Implementing a preventive maintenance program, including proper belt drive installation, tensioning procedures and best practices, will increase productivity, reduce downtime and yield the added benefit of improved workplace safety.
Most power transmission problems are the result of incorrect installation and maintenance. The purpose of this article is to provide guidance to avoid drive problems, extend the life of the drive and maximize performance while maintaining a safe work environment.
The cost of belts is relatively insignificant when compared to the cost of production downtime and the labor costs associated with belt failures. In general, 80% of the downtime associated with power transmission belts in any given production facility can be found on 20% of the plant's drives. In other words, 80% of the drives are good. The remaining 20% are "problem drives" that require frequent attention and replacement.
Power transmission products are potentially dangerous. Failure to install and maintain products according to recommended application information and procedures can result in serious bodily injury or death. Make sure that the product selected for any application is recommended for that service, always following the V-Belt Manufacturer's recommendations.
Always turn off the power and lock the drive before performing any maintenance work on the power drive. A label should be attached stating "Danger - Do Not Operate".
One should always attempt to operate the unit after shutdown to ensure that you have locked out the proper switchgear and that the switchgear is operating properly while also releasing any stored energy.
Use belt guards to provide protection for personnel from contact with drive components. Do not test or operate the belt machine without guards.
Always wear gloves to protect against sharp edges and hot surfaces.
Never wear loose or bulky clothing when approaching an unguarded drive that could become entangled in the drive and cause injury to personnel.
Always be aware of pinch points where hands and fingers can be injured, especially where belts enter wheels or sprockets.
Always keep the area around the drive free of debris and debris.
Do not reuse a damaged pulley. If they cannot be repaired, they should be replaced.
Always use static dissipative belts on drives used in hazardous environments in conjunction with industry-approved methods to dissipate electrical charges.
Longer belt life
Lower maintenance costs
Longer drive component life
More efficient drive systems
After the pulleys are properly installed and aligned, you can install the belt. Always move the drive, usually an electric motor mounted on an adjustable base, to reduce the distance between drive centers and create slack so you can easily slide the belt onto the pulleys without force. Never use a tool such as a screwdriver or pry bar to force the belt onto the drive. Doing so can crack the fabric covering or break the load rope inside the belt.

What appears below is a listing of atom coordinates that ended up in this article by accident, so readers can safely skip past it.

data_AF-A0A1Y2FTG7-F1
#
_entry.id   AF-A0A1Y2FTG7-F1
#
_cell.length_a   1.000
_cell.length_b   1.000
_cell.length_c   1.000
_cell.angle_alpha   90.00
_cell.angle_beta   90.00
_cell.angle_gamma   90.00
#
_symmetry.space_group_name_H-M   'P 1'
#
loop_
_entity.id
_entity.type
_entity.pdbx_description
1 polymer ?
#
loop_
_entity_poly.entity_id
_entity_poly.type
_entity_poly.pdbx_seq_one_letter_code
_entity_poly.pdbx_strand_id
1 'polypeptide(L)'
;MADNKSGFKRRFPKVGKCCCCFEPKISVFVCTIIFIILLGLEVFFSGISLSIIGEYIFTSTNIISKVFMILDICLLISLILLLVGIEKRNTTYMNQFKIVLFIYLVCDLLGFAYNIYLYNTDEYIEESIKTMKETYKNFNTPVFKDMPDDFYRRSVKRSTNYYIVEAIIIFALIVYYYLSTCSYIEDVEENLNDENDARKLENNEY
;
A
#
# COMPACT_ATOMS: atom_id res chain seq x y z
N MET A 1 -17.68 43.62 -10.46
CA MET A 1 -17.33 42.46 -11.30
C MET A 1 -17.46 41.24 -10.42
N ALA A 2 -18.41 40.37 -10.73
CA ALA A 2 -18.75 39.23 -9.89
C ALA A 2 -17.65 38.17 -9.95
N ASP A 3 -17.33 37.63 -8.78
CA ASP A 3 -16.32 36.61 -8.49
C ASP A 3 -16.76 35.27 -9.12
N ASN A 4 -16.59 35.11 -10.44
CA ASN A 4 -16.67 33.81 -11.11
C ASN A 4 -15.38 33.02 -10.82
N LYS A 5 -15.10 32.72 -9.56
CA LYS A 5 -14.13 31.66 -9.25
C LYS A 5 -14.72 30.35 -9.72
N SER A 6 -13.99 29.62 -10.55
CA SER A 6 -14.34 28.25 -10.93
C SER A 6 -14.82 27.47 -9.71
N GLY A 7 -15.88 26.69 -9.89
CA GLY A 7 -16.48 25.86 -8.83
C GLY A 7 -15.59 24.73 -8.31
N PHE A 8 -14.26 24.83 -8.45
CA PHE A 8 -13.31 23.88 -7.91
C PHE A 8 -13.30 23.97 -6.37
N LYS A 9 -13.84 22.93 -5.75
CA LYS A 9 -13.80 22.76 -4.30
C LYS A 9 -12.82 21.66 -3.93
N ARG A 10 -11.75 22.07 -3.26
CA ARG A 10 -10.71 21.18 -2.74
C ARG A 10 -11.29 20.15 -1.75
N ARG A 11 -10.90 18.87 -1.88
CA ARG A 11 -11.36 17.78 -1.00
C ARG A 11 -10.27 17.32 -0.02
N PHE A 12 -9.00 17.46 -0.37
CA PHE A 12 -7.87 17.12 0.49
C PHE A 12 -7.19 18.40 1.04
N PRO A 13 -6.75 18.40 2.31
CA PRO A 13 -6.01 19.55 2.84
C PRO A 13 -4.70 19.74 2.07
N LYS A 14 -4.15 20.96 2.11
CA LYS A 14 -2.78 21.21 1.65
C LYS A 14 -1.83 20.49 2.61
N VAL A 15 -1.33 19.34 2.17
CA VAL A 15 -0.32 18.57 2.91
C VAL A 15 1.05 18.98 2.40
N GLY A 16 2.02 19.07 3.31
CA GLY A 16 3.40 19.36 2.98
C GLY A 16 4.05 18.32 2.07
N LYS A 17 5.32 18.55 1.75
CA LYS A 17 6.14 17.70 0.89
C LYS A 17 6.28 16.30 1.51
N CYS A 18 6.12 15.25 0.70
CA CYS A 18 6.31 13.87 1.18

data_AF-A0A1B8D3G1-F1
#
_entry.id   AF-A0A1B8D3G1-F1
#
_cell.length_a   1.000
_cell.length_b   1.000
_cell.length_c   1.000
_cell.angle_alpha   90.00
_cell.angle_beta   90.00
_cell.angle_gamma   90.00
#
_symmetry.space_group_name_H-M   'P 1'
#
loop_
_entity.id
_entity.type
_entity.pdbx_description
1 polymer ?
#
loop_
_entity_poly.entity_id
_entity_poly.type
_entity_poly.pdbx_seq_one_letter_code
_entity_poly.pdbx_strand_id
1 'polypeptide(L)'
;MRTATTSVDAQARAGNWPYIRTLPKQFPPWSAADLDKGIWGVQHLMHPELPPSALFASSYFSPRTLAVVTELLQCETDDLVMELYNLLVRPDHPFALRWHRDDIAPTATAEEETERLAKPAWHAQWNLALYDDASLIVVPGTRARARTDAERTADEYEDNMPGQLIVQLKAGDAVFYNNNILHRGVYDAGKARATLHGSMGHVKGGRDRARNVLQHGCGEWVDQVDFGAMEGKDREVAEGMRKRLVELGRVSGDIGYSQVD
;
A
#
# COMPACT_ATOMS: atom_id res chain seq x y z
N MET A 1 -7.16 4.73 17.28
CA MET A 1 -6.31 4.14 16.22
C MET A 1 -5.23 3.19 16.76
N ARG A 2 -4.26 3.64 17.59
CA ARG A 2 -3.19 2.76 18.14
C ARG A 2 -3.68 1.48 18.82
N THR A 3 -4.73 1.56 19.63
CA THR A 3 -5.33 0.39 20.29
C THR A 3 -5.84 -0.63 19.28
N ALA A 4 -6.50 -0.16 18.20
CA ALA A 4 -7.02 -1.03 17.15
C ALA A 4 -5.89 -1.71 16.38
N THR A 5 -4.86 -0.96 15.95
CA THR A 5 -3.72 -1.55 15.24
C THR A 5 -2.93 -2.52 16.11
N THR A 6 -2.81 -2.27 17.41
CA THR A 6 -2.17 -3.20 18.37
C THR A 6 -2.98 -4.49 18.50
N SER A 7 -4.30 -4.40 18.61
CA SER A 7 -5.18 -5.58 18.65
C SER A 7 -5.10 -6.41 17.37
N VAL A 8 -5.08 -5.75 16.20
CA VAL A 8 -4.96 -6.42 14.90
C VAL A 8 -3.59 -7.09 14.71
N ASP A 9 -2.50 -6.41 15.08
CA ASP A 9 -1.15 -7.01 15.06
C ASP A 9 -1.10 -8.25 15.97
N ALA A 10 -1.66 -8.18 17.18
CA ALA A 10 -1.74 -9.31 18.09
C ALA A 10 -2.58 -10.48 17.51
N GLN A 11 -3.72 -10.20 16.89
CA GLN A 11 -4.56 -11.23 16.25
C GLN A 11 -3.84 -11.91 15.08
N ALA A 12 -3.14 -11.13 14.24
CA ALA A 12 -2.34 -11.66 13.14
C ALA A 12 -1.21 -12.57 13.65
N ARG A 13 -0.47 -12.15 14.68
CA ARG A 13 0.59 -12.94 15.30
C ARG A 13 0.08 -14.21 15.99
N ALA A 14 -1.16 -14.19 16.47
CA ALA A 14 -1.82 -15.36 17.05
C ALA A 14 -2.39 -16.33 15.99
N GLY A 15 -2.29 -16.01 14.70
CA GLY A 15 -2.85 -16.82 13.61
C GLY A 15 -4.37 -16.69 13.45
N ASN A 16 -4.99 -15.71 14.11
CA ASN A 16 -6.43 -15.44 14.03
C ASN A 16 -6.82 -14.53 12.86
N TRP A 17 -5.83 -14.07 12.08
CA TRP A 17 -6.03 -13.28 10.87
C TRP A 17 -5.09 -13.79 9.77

Proper belt tension is critical for maximum belt life and efficiency. Improper belt tension is a major cause of premature belt failure and increased costs. Under-tensioned belts can lead to slippage, overheating, excessive pulley wear, rollover and noise, all of which lead to higher maintenance costs and inefficient power transmission. In addition, over-tightened belts can lead to premature wear of bearings, shafts and pulleys. The result is more frequent replacement of drive components and expensive downtime. Proper tension is the minimum tension at which the belt will not slip or skip teeth under peak conditions.
Matching V-belts. When using multiple pulleys with grooves, make sure all belts are the same brand. Always replace the entire set of v-belts, even if only one is worn or damaged.
Proper alignment is critical to extend belt life. Check belt alignment whenever you maintain or replace a belt or whenever you remove or install a pulley.
Choose the correct V-Belt to match the pulley groove
Don't mix and match belt brands; stick with one manufacturer
Don't mix old and new belts
To check for a loose belt, place your fingertip in the pulley groove. If the pulley is very hot and you can't comfortably hold it there, the belt may have slipped
The ideal tension is the minimum tension at which the belt will not slip under peak load.
Over-tensioning will shorten the life of the belt and bearings.
Check the drive regularly. If it slips, re-tension the belt.
If the belt slips, check that the belt is sufficiently tensioned and/or the pulleys are not worn.
Do not use "belt dressings" on the belt. These compounds are usually made from petroleum derivatives and can have a damaging effect on the rubber compound and other parts of the belt.
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